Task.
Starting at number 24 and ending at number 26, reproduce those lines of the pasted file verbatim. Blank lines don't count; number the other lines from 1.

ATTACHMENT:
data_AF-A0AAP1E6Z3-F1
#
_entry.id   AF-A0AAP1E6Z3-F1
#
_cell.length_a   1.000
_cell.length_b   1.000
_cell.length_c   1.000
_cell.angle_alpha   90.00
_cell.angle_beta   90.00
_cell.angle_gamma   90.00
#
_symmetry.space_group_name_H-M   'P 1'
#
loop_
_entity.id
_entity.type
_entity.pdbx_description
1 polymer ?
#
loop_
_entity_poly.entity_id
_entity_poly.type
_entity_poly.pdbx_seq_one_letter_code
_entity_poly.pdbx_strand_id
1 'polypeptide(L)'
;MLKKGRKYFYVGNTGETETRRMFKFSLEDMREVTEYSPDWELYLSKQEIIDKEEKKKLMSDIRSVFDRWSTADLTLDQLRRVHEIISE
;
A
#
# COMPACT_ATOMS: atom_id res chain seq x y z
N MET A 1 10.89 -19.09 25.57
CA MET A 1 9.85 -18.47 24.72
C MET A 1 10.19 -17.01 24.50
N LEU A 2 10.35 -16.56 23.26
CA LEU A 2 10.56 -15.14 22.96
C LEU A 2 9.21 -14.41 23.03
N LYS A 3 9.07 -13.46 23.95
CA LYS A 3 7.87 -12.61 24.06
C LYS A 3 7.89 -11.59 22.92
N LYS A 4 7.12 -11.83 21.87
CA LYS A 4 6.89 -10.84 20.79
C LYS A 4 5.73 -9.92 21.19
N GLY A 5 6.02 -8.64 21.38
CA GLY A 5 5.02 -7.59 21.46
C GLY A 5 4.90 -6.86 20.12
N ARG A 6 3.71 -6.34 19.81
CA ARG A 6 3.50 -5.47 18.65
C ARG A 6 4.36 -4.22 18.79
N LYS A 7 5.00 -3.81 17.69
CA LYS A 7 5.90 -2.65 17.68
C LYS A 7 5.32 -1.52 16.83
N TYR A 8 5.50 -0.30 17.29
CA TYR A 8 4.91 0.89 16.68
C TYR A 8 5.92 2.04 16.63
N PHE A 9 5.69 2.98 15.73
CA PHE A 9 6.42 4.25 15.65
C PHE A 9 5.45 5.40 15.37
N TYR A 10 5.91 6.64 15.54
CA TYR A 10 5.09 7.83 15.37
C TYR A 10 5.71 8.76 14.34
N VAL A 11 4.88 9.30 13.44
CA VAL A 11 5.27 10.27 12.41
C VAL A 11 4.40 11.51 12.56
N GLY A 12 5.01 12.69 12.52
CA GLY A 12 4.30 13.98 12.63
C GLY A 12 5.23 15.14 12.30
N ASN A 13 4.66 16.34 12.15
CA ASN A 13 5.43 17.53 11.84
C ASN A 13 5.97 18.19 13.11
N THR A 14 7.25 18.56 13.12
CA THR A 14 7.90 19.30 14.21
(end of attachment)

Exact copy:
_entity_poly.pdbx_strand_id
1 'polypeptide(L)'
;MLKKGRKYFYVGNTGETETRRMFKFSLEDMREVTEYSPDWELYLSKQEIIDKEEKKKLMSDIRSVFDRWSTADLTLDQLRRVHEIISE